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14 April 2022

Ideas to start with...

Rachael Coultart profile image
Written by

Rachael Coultart | Computing Subject Lead

There are many advocates of social media in education, but I would not have classed myself as one of them until recently.  For some time now I’ve enjoyed what I call my Sunday morning ‘Twitter Trawl’ where I actively seek out favourite hashtags (such as #caschat, #forestschool, #eyfstalking, #eyfstwitterpals, #EYFS, #AppleEDUchat) and accounts to see what ideas might be magpied and recycled.  All it takes sometimes is an image of a display or someone’s classroom or a child’s work and a flash of inspiration hits me:

I could do that!    That would work well with…    This would be great for…

And I’m set up for planning, preparing and creating my next lesson, resource or display. I like to think of it as collaboration at its best, because I can do it lying in bed in my PJs! That said, I do love meeting with other teachers in person and sharing ideas, but when time is so precious and pressured this isn’t always possible, so Twitter is my next best thing.

The Computing At School community has also been totally amazing at helping me develop the necessary skills and subject knowledge to lead Computing. (And this was before their new toolkit for Computing Leads that you can check out here!)  I would leave their free CPD sessions armed with ideas and resources that I would then try to replicate exactly in my classroom or Code Club (which I also started as a result of some CAS input). This was great to begin with and the children loved it when I came back and said “yesterday I learnt to… so today you’re going to have a go at…!” However, there was very little carefully considered progression in this approach and it certainly didn’t make for a well-planned curriculum! BUT it got me started on a journey that, seven years down the line, is seeing real positive outcomes.

Rather than just taking someone else’s idea and trying to replicate it exactly in my own classroom, I’m able to adapt and change the content to fit my context, without diluting the concept or the core learning objective. This has become particularly useful when adapting and delivering the new NCCE Computing curriculum in KS1 and KS2. I now realise this is the result of my increased confidence that has come about through my improved subject knowledge. So while ‘off the shelf’ ideas are still very useful, I believe it’s even more important to continue building-up practitioners’ subject knowledge so they can take these ideas and adapt them for their own purpose. 

When it comes to developing algorithmic thinking and early programming concepts in EYFS, the Barefoot Computing resources are superb and a great starting point for anyone, especially if they're not feeling confident in this area. An example of how something I saw on Twitter from Allen Tsui sparked an idea for adapting one of the Barefoot Springtime resources can be seen in this Jamboard I created. Using Allen’s idea of creating a PDF for the background of the Jamboard and then using the Barefoot images for the algorithm to plant a seed, I created a sequencing activity that could be completed on our interactive whiteboard. (With the added bonus of no lost images and glue nightmare for some children!)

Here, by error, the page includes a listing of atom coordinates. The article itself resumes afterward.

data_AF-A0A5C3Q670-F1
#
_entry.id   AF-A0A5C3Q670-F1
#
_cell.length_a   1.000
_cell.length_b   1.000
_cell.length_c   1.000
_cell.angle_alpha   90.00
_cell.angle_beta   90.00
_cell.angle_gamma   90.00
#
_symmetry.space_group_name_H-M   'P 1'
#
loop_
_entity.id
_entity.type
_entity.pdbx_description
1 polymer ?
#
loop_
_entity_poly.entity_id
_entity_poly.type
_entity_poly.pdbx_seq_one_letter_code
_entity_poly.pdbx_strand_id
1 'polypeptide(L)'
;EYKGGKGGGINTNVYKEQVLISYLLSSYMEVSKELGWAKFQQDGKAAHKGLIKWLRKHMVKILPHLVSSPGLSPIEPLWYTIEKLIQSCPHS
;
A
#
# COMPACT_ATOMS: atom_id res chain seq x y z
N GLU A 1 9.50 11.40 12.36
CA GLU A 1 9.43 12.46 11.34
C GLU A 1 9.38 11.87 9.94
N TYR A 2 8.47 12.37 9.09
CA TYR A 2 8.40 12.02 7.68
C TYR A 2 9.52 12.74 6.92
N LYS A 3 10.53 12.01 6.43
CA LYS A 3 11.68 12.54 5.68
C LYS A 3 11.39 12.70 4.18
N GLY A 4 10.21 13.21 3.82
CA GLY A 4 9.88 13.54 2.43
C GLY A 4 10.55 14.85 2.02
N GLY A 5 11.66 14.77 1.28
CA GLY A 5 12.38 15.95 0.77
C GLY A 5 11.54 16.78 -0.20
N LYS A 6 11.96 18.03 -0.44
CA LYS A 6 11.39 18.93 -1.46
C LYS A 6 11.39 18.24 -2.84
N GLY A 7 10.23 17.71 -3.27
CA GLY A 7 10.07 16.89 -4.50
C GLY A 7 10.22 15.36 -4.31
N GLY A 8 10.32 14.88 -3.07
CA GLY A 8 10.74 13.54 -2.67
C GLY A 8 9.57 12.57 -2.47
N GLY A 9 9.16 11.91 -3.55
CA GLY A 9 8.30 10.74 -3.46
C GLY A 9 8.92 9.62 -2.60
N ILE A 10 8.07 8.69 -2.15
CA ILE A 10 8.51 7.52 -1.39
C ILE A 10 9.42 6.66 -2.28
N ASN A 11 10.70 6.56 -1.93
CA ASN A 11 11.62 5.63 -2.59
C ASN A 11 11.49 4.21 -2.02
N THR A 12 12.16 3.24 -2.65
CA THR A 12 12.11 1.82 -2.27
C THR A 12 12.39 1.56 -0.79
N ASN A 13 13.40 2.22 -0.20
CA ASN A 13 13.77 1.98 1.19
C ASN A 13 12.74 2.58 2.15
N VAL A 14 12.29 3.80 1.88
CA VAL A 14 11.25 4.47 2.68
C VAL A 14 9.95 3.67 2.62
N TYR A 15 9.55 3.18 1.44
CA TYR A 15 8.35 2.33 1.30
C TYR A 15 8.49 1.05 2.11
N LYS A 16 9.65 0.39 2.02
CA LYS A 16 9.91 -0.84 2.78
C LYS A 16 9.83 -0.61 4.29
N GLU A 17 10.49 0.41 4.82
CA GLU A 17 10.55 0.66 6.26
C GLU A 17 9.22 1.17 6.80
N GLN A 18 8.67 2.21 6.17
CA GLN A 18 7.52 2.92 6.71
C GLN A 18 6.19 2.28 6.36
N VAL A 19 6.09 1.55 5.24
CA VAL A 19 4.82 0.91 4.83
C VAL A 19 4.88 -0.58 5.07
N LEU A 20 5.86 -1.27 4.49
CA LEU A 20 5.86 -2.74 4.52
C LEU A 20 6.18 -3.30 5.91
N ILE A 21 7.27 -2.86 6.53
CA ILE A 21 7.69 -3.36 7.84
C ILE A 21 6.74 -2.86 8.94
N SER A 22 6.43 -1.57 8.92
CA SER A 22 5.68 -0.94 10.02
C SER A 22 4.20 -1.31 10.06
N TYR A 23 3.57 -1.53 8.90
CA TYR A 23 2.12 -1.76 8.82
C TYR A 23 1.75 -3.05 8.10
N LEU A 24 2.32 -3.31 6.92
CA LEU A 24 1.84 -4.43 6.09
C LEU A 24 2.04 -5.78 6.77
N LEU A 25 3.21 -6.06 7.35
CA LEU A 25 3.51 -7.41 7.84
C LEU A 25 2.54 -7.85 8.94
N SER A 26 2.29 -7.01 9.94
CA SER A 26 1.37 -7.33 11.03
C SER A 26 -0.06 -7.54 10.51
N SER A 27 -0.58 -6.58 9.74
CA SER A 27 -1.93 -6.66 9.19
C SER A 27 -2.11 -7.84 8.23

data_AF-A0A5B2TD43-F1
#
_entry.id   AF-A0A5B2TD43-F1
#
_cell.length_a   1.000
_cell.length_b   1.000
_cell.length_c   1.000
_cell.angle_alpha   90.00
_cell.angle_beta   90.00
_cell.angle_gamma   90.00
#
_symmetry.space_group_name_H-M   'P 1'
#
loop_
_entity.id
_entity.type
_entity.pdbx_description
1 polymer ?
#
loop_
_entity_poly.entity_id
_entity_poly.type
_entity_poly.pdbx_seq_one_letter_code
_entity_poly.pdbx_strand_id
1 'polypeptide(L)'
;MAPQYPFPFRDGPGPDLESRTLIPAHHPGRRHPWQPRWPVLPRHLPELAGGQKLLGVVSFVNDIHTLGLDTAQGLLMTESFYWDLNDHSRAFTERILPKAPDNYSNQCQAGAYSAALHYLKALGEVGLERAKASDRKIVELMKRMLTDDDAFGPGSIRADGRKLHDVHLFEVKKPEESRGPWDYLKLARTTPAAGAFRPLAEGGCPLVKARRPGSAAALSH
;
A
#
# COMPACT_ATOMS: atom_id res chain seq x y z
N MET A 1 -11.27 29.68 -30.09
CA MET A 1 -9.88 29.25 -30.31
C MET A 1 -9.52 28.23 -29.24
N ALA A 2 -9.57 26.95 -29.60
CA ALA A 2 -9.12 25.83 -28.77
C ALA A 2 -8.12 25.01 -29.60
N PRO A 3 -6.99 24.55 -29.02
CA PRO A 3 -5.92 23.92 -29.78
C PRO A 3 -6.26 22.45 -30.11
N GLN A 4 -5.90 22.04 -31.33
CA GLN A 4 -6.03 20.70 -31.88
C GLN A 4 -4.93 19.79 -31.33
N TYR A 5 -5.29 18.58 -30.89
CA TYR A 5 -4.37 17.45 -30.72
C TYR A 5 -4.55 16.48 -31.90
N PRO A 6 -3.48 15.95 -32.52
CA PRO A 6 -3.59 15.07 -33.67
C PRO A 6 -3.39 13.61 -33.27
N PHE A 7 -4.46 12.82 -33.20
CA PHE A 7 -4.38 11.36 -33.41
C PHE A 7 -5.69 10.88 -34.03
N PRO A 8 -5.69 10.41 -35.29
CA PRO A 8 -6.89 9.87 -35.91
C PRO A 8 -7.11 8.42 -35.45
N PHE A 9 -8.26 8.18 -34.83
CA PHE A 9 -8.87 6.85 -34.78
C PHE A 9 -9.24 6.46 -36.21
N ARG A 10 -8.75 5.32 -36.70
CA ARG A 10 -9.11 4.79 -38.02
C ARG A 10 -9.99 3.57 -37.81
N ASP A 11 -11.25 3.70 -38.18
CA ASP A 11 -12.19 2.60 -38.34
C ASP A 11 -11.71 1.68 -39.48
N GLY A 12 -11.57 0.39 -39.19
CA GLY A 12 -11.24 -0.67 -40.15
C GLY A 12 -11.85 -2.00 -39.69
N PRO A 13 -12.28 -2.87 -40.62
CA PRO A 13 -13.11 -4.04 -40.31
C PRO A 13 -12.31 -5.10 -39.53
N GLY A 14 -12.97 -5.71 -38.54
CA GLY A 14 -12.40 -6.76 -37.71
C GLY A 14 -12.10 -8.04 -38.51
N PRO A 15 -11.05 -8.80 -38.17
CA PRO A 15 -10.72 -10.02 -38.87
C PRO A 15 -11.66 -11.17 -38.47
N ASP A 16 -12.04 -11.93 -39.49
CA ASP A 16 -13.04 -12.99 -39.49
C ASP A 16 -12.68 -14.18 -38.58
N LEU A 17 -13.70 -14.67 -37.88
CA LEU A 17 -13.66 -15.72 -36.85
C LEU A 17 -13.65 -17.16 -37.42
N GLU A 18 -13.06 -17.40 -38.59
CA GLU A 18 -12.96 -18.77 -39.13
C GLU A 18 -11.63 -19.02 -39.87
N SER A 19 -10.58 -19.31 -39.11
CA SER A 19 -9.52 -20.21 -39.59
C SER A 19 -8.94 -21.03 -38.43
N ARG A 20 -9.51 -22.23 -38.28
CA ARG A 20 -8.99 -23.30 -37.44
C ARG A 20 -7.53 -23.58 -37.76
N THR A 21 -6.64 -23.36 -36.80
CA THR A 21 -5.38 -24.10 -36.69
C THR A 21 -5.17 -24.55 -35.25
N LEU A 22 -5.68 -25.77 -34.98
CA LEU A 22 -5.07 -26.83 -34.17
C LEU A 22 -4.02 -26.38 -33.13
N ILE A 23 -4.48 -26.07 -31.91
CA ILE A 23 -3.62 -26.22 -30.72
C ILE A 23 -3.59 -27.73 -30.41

This then sparked an idea for another resource (called Ideas to start with...) I could create to support others in developing the use of algorithms and early programming concepts in EYFS, largely based on what I’ve been doing with a Twister mat in my classroom. I hope you find it useful and it encourages you to have a go at using a story you are currently reading with your children to develop their understanding of algorithms and early programming concepts, even if you don’t go anywhere near a piece of technology! And if you do have a story to add to the list, then you can post your ideas here to add to the collection.

Happy magpie-ing!

Discussion

Rachael Coultart
14/04/2022 11:03

The final (internal) link appears not to be working so I’m posting it here to link to the resource creted with the same name as this blog post… Ideas to start with...

Jo Hodge
14/04/2022 11:27

Thanks for the insights as usual Rachael! I took the plunge into EYFS and delivered the seeds session with some adaptions. The Reception teachers had planted some sunflower seeds before, so my session consolidated their understanding. Think this way worked well! I made hats with the cards on for the pupils to put on and then we checked our algorithm by planting a child- sized seed! Great fun and would recommended the resources!

Rachael Coultart
15/04/2022 10:37

Thanks, Jo. I love the ‘hats’ idea! This is definitley a good way to get them up and about, moving around and physically thinking about the order of the algorithm. I’m going to try it with the making a bird-feeder activity next week :o)

Jo Hodge
15/04/2022 18:07

Brilliant! Please let us know how it goes!

Allen Tsui
16/04/2022 05:05

Of course I would give it a five star rating. Thank you for tagging me into the article! For anybody scrolling by who wants to find out more about how Jamboard enables EYFS learners to meet the targets of “using simple software to make something happen” as well as “making choices about the buttons and icons I press, touch or click on” there follows a link to an example. Please save to your Google Drive for full editing rights Hokey_Cokey_song_20220414 - Google Jamboard

Rachael Coultart
13/06/2022 20:24

Ordering the algorithm went well with the hats, but as for the actual bird feeders… well… process over product ;o)

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